Author Posts

August 14, 2015 at 7:46 am

So, when I type the following into a console session it executes without error:

$cmd = {winrs.exe /r:$computer powershell.exe -noprofile -command {Get-ChildItem -Path 'wsman:\localhost\plugin'}}
$Plugins = & $cmd

But when I drop this code into a script and run it from the same console, it fails giving the following error:

Winrs.exe: Unrecognized switch "-noninteractive"
Use "winrs -?" to obtain the usage information

I am not really sure how to get around this. I have used winrs in scripts in the past and have never come across this. A Google search also didn't reveal anything helpful.

Thoughts?

The reason I am not using Invoke-Command is simply that the particular situation which this code is intended for assumes PowerShell Remoting is not functioning.

August 14, 2015 at 8:21 am

Hmm that is interesting. When I try it in the ISE, I get the same thing, it seems to work in the PowerShell Console though, but seems to launch some sort of shell in the background.

I suspect that winrs.exe is launching as an interactive console app which is not supported in the ISE when launching or while launching as a script.

http://blogs.msdn.com/b/powershell/archive/2009/02/04/console-application-non-support-in-the-ise.aspx

Im guessing it works in the PowerShell Console because it supports console apps. I don't know much about winrs.exe, but doing a wins.exe /? I can't see an option to force it to run in a non interactive mode.

August 14, 2015 at 8:44 am

While that sounds like a perfectly plausible explanation, the following two lines are from an older script of mine which works fine:

winrs /r:$computer powershell -noprofile -command {register-pssessionconfiguration microsoft.powershell -NoServiceRestart -Force}
winrs /r:$computer powershell -noprofile -command {register-pssessionconfiguration microsoft.powershell32 -NoServiceRestart -Force}

Confusing isn't it. 🙂

August 14, 2015 at 9:01 am

hmm. Ok so I played around with this some. It seems like the first code you posted works fine when I launch the script from the PowerShell Console. On my test VM I am using PowerShell version 3.0. It does not work in the ISE if i put the code in the console or save it and launch it as a script, I get the same error as you, which is expected since the ISE does not work with interactive console apps. Where are you launching the script?

This is the code i used. I saved it as a script and ran it in the PowerShell Console

$computer = $env:COMPUTERNAME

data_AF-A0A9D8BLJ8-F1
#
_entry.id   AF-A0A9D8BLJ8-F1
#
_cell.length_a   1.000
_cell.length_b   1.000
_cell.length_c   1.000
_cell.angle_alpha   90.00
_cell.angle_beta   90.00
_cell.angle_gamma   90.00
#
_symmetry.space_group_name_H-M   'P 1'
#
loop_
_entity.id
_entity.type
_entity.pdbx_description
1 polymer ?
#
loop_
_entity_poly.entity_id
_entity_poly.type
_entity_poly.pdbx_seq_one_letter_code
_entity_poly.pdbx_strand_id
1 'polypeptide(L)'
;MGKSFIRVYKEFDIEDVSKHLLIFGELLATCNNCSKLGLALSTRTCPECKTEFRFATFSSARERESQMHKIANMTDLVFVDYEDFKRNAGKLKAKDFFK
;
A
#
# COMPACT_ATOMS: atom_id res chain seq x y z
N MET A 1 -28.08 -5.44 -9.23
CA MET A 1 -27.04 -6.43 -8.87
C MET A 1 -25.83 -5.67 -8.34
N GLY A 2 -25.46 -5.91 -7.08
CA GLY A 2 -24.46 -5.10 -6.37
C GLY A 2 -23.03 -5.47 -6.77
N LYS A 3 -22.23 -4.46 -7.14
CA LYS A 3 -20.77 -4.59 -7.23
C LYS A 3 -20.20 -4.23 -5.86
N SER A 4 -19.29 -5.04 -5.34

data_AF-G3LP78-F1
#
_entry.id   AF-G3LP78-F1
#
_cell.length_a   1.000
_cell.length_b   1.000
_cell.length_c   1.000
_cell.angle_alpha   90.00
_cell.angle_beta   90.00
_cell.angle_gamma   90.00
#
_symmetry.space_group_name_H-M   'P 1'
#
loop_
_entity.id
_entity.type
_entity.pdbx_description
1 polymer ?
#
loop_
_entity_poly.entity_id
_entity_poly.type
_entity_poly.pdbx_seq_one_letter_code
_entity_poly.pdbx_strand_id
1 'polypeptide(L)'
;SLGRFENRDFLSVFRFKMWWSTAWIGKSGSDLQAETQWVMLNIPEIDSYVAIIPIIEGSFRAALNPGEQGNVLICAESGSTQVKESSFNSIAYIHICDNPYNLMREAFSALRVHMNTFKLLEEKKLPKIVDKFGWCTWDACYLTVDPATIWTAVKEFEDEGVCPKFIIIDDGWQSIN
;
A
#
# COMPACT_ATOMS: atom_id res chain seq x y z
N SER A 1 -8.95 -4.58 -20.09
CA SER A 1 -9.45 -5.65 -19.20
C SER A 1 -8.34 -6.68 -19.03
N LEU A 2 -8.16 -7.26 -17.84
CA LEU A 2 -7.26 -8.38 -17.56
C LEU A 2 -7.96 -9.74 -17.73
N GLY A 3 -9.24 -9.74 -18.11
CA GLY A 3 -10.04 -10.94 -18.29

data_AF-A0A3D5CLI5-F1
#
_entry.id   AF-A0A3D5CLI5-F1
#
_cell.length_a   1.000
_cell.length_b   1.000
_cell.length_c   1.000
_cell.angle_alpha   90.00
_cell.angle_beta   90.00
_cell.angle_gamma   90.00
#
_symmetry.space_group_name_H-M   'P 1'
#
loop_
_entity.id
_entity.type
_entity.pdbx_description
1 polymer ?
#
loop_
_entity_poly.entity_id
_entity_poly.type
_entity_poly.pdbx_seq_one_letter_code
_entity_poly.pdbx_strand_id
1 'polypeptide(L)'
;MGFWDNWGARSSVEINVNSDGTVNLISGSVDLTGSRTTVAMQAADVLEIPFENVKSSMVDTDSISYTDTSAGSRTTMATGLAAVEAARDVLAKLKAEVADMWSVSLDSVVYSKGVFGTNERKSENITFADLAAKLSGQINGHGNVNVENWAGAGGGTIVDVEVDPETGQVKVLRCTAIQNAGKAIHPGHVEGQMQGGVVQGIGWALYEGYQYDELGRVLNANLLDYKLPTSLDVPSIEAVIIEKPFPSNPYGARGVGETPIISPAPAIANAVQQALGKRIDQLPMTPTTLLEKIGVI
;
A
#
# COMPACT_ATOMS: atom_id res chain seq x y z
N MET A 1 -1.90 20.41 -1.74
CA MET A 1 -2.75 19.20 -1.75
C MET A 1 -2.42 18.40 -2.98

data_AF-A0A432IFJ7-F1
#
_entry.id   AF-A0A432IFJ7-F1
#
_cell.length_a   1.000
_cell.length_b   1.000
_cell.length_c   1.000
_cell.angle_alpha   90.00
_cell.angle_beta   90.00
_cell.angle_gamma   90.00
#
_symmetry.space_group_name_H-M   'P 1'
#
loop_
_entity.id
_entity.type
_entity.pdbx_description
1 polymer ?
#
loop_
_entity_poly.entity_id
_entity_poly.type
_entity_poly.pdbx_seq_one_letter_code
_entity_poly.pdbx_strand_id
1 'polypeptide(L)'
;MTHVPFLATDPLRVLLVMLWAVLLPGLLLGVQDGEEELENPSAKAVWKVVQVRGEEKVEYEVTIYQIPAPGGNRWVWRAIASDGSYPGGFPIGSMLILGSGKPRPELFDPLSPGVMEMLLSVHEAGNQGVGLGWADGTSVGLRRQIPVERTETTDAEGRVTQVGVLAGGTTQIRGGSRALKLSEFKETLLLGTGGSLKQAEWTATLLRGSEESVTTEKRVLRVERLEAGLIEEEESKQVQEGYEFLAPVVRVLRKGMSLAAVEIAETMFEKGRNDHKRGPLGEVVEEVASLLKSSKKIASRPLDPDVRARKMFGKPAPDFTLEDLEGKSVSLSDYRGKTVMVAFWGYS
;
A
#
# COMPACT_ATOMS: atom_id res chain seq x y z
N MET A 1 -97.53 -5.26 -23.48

$cmd = {winrs.exe /r:$computer powershell.exe -noprofile -command {Get-ChildItem -Path 'wsman:\localhost\plugin'}}
$Plugins = & $cmd
$Plugins

August 14, 2015 at 9:22 am

I ran the script from the console.

Also, here are my two functions. As you can see they pretty match what you posted above. My laptop is running PowerShell 5 and most of our workstations are on on PS4.

Function Get-WsManPlugins
{
    Param ( [string]$address )
    
    $cmd = { winrs.exe /r:$address powershell.exe -noprofile -command { Get-ChildItem -Path 'wsman:\localhost\plugin' } }
    $Plugins = & $cmd
    
    Return $Plugins    
}

Function Get-WsManListener
{
    Param ( [string]$address )
    
    $cmd = { winrs.exe /r:$address powershell -noprofile -command { Get-ChildItem -Path 'wsman:\localhost\listener' } }
    $Listener = & $cmd
    
    Return $Listener
}

August 14, 2015 at 9:26 am

It does not like the {} you are putting around the command parameter. The below works for me using PS 4.0

$computer = "workstation"
$cmd = {winrs.exe /r:$computer powershell.exe -noprofile -command Get-ChildItem -Path 'wsman:\localhost\plugin'}
$Plugins = & $cmd
$Plugins

August 14, 2015 at 9:36 am

I just spun up a vm, windows 8.1 with April preview of powershell v5, and it works as well running the script in the PowerShell Console.

saved this as a script and ran it

Function Get-WsManPlugins
{
    Param ( [string]$address )
    
    $cmd = { winrs.exe /r:$address powershell.exe -noprofile -command { Get-ChildItem -Path 'wsman:\localhost\plugin' } }
    $Plugins = & $cmd
    
    Return $Plugins    
}

Function Get-WsManListener
{
    Param ( [string]$address )
    
    $cmd = { winrs.exe /r:$address powershell -noprofile -command { Get-ChildItem -Path 'wsman:\localhost\listener' } }
    $Listener = & $cmd
    
    Return $Listener
}

Get-WsManListener $env:COMPUTERNAME
Get-WsManPlugins $env:COMPUTERNAME

August 14, 2015 at 9:39 am

You can also do it this way

$computer = "workstation"
$cmd = {winrs.exe /r:$computer powershell.exe -noprofile -command ""}
$Plugins = & $cmd
$Plugins

Hum wordpress is stripping out the code

Inside the "" after the -command is an & followed by a space and then this:
{Get-ChildItem -Path 'wsman:\localhost\plugin'}

August 14, 2015 at 10:24 am

When you wrap curly brackets around a command, it is converted to a ScriptBlock:

PS C:\Users\Rob> (  {}  ).GetType()

IsPublic IsSerial Name                                     BaseType                                                                                                                                      
-------- -------- ----                                     --------                                                                                                                                      
True     True     ScriptBlock                              System.Object  

Scriptblocks are typically used with Invoke-Command. This article discusses some of the options for calling command-line tools in Powershell: http://blogs.technet.com/b/josebda/archive/2012/03/03/using-windows-powershell-to-run-old-command-line-tools-and-their-weirdest-parameters.aspx

August 14, 2015 at 10:29 am

So, I walked away for a while, came back ran the code (no changes) and it works perfectly fine now. WTF?

Thanks for everyone's contributions. 🙂